The congruent number problem is the problem of figuring out whether a given positive integer $N$ is the area of a right-angled triangle with all side lengths rational. According to Dickson's "History of the theory of numbers" (volume 2 chapter 16) the problem was explicitly raised in an anonymous Arab manuscript which dates back to 972AD or before. Some relatively straightforward algebra shows that $N$ is a congruent number iff the elliptic curve $E_N:=y^2=x^3-N^2x$ has positive (algebraic) rank.

Tunnell in 1983 gave a relatively efficient algorithm for computing the special value of the $L$-function of $E_N$ at 1 (I don't know how efficient it is in practice but it's certainly going to run in time polynomial in $N$ which I know is atrocious if $N$ is very large, however I think our problems are going to start before then). If the value of this $L$-function at 1 is non-zero then by the Coates-Wiles theorem the curve has algebraic rank zero and hence $N$ is not congruent. If BSD is true then Tunnell's algorithm gives a necessary and sufficient condition for $N$ to be congruent.

However BSD is not yet known, and my guess is that as $N$ increases, the fact that we don't know BSD for $E_N$ will trouble us before Tunnell's algorithm starts slowing up. In theory there could exist some $N$ for which $E_N$ had analytic rank 2 or more, and algebraic rank zero. Tunnell would compute the special value at 1 to be zero and then we would be faced with the problem of computing the algebraic rank, which can very occasionally be hard in practice, especially if Sha is non-trivial etc etc. Even if the algebraic rank is positive, finding a non-torsion point can be hard in practice; the question is like Pell where relatively innocuous values of $N$ like 157 can give rise to elliptic curves for which the height of every non-torsion point is very large. In fact general theory can deal with 157 because the analytic rank is 1, but certainly the analytic rank can be higher than 1 in general (for example if $N=41$ then the analytic rank is 2).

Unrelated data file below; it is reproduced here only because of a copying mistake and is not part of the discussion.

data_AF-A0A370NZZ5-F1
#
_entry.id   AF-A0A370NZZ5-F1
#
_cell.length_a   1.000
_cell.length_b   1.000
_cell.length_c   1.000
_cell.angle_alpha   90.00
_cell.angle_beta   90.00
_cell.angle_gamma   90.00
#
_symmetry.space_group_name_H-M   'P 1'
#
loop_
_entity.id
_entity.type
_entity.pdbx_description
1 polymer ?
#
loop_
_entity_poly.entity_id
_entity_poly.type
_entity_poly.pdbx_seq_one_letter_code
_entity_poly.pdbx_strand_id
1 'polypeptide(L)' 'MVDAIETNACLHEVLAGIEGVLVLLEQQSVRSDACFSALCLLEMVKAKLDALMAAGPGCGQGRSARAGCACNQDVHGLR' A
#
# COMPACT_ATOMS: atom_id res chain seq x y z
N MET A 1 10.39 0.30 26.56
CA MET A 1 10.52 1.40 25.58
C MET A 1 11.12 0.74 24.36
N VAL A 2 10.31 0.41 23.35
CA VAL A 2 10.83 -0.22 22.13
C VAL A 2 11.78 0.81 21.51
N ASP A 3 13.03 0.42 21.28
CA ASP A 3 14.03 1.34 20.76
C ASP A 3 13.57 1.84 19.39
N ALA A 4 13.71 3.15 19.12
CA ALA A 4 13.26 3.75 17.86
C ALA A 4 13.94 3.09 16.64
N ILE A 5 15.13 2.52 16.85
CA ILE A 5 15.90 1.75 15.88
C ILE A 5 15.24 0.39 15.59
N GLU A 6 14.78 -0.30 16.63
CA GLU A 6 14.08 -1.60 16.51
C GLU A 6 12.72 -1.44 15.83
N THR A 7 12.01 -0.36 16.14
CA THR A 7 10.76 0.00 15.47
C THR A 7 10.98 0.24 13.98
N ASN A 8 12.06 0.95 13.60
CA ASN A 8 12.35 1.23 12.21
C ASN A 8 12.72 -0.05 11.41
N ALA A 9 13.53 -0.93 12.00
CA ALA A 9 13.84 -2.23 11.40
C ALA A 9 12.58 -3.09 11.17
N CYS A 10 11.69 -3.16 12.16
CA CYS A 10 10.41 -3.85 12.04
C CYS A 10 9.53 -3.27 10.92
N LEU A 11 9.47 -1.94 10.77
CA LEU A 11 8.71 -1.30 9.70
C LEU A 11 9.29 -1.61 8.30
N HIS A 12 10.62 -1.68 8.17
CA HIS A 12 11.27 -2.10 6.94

Because of this issue, I think that (until a new major advance is made with this problem) there must surely be some explicit smallest positive integer $N$ for which we don't know whether or not $N$ is a congruent number. My guess is that this value of $N$ will actually be a congruent number in practice, and the elliptic curve $E_N$ will be computationally checked to have analytic rank at least 2, but no-one will be able to find a rational point (not because there isn't one, but because it's out of computational range).

My guess is that there will be papers containing results of the form "we have solved the congruent number problem for all $N\leq 10^{10}$" or some such statement -- but I have no idea what the state of the art is, and perhaps my google-fu is weak today. This does not change the fact that I am giving a talk on the congruent number problem tomorrow :-) and I thought that it might be nice to mention the state of the art, if I can find it out by then! Does anyone have any leads?

donewhat it says in the title :-) I have emailed Matsuno. $\endgroup$